California Wants to Tax Guns, Then Give Community Grants

A proposed bill for California's 2019 legislative session requests an additional gun sales tax for handguns and semi-automatic rifles.
California Wants to Tax Guns, Then Give Community Grants

California legislators will see a bill during its 2019 legislative session to tax guns — handguns and semi-automatic rifles, specifically — and use that money for community grants.

The bill is sponsored by Marc Levine, a state Assemblyman from the 10th District that encompasses the north San Francisco Bay Area. The 44-year-old Democrat did not specify the amount of requested tax in his bill.

The Los Angeles Times reported that Levine's chief of staff, Will Shuck, said possible models for the amount are Chicago or Seattle. Both cities have a $25 tax on firearms.

Levine wants the additional tax revenue to be distributed as part of expanded violence prevention programs. The California Violence Intervention and Prevention Grant Program gave out more than $8 million in 2017 to organizations in Los Angeles, Oakland, Richmond, Stockton and Oxnard, among others.

Eight other Democrats are co-sponsors of his bill, AB 18.

“California needs to bolster violence prevention initiatives so that they are commensurate with our state’s tough gun laws and as effective as violence prevention programs of other states,” he said in a statement. Democrats have a Supermajority in the Assembly and have stated that gun control is on their agenda for the 2019 session.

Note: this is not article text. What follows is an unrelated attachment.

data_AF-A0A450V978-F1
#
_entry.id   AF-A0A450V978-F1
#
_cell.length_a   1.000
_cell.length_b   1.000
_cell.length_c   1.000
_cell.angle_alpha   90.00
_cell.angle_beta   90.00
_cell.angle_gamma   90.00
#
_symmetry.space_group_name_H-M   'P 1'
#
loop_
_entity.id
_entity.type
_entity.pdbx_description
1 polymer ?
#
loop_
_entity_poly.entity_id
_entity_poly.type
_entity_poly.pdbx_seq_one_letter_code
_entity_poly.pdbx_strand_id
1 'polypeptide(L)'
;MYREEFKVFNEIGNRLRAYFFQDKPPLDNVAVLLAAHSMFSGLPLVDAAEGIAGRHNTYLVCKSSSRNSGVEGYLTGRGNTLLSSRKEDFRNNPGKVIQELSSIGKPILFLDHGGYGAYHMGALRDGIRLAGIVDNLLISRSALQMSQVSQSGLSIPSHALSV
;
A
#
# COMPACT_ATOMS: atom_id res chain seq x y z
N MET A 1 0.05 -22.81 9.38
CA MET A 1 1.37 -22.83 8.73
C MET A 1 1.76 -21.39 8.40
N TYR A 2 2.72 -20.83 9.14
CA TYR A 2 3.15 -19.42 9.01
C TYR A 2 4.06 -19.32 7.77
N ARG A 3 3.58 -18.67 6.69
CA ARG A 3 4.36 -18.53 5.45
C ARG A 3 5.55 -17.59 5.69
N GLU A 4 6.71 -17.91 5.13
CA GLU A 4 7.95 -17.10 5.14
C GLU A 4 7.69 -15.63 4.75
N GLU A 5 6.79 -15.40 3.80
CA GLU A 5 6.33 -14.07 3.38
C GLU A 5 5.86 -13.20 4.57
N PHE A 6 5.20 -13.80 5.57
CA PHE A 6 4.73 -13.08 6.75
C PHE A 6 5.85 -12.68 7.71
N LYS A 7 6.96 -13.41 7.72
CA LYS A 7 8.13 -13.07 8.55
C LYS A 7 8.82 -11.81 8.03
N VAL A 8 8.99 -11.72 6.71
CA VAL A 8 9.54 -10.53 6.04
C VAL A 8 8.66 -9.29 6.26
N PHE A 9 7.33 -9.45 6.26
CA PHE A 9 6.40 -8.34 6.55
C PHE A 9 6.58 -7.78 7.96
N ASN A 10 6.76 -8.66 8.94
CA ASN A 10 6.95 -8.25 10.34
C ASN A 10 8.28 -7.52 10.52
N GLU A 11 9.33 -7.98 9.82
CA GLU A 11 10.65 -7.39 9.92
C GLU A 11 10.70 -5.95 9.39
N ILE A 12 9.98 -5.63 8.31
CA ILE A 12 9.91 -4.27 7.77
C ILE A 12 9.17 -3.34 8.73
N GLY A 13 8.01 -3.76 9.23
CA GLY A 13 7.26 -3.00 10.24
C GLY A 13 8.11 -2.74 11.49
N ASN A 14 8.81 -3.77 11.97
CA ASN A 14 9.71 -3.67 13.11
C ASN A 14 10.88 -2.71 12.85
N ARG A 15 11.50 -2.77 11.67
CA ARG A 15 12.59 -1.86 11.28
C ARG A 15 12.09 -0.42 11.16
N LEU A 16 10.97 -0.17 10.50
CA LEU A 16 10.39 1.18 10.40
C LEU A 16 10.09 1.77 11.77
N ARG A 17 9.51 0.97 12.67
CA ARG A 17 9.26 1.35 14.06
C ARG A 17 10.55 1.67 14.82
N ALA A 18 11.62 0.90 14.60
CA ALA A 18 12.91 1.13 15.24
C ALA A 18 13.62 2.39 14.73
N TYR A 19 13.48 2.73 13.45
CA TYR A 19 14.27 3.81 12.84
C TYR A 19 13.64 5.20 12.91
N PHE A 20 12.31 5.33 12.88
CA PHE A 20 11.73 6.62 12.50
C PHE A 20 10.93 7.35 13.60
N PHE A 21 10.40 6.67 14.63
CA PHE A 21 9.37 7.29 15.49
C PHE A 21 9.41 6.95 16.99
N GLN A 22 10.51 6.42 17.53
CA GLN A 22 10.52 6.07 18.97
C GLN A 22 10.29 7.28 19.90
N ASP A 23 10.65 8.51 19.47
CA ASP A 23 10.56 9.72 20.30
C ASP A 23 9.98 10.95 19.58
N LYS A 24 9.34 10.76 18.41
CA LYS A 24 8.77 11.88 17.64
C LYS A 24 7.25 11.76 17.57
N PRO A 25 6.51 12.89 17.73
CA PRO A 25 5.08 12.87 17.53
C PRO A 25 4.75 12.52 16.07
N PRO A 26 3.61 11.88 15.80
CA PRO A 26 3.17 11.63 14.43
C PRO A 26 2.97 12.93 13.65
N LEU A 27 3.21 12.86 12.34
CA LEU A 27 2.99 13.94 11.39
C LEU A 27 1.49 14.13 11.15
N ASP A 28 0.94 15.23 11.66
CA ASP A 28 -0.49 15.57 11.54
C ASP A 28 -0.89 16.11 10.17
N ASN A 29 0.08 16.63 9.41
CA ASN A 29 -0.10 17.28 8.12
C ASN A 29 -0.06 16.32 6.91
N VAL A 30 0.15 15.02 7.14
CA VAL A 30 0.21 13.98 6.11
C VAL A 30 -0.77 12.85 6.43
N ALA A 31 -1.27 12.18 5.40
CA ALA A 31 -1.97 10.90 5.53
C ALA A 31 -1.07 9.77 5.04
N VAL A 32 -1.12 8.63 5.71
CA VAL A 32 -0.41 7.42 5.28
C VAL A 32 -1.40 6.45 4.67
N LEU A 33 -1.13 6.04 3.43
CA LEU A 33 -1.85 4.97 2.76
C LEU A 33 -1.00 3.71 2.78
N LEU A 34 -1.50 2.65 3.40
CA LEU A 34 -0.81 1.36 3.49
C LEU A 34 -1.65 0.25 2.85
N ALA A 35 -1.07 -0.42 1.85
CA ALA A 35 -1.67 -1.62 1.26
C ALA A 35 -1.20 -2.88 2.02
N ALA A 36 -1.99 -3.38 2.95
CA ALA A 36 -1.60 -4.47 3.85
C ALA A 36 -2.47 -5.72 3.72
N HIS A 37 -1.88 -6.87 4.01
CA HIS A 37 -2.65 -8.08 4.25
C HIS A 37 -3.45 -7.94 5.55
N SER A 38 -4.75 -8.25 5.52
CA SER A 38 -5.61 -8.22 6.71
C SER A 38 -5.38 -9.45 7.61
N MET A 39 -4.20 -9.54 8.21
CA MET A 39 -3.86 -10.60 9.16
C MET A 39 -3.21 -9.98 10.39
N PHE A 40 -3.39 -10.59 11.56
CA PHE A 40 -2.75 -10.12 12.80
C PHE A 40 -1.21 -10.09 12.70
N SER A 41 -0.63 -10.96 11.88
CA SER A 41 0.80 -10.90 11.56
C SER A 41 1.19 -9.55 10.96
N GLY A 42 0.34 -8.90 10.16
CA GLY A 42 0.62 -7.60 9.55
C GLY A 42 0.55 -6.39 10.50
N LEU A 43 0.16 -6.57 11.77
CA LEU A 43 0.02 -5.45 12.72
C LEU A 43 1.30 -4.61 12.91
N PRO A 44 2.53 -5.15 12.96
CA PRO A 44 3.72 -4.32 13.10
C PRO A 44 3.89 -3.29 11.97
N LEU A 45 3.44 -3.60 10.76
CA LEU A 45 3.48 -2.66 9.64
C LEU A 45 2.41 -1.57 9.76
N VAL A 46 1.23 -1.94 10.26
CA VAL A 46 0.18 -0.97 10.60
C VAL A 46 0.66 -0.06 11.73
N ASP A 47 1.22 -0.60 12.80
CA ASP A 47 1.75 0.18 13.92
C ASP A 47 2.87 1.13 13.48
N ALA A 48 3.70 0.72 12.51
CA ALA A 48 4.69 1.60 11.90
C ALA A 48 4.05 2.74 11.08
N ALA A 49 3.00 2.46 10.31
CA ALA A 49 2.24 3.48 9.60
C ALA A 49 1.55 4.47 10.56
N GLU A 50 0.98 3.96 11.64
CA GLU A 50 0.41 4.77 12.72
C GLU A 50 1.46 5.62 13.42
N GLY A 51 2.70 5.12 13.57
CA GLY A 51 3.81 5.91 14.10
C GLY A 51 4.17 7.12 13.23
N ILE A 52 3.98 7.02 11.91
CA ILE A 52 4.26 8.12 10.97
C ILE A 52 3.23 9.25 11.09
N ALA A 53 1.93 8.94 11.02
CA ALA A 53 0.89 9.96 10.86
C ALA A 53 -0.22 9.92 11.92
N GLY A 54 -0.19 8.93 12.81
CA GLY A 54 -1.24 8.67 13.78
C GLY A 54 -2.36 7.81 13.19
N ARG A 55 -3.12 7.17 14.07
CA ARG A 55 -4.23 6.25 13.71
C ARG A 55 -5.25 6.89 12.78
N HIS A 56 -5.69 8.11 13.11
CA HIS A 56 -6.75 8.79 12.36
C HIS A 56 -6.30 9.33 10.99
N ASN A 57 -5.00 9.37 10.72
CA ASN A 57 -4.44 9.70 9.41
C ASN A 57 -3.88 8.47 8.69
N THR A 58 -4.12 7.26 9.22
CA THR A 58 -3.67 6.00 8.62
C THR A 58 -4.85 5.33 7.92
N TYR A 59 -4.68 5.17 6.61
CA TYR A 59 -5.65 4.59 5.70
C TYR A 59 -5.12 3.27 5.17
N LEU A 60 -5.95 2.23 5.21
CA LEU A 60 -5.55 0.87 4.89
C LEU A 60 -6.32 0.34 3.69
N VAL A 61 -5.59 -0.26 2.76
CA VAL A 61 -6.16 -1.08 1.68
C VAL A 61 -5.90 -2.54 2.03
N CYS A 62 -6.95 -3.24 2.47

Levine said the state's Department of Corrections and Rehabilitation showed an increase of 18 percent in gun homicides in California from 2014-16. This rise came despite an increase in gun control laws in California, some of the strictest in the nation.

The Los Angeles Times editorial said Levine would exempt "long guns used for hunting" from his proposed tax. The newspaper said in the last five years an average of 503,000 handguns and 556,000 long guns have been sold in the state. Levine's proposed tax would have generated $12.6 million a year on handguns and $26.5 million a year if all guns were included.

The Times editorial board concluded by saying, "The Legislature should give this proposal serious consideration, and take care that whatever final form it takes will survive the inevitable legal challenge from the gun lobby."

California's Assembly opens its 2019 session Jan. 7.



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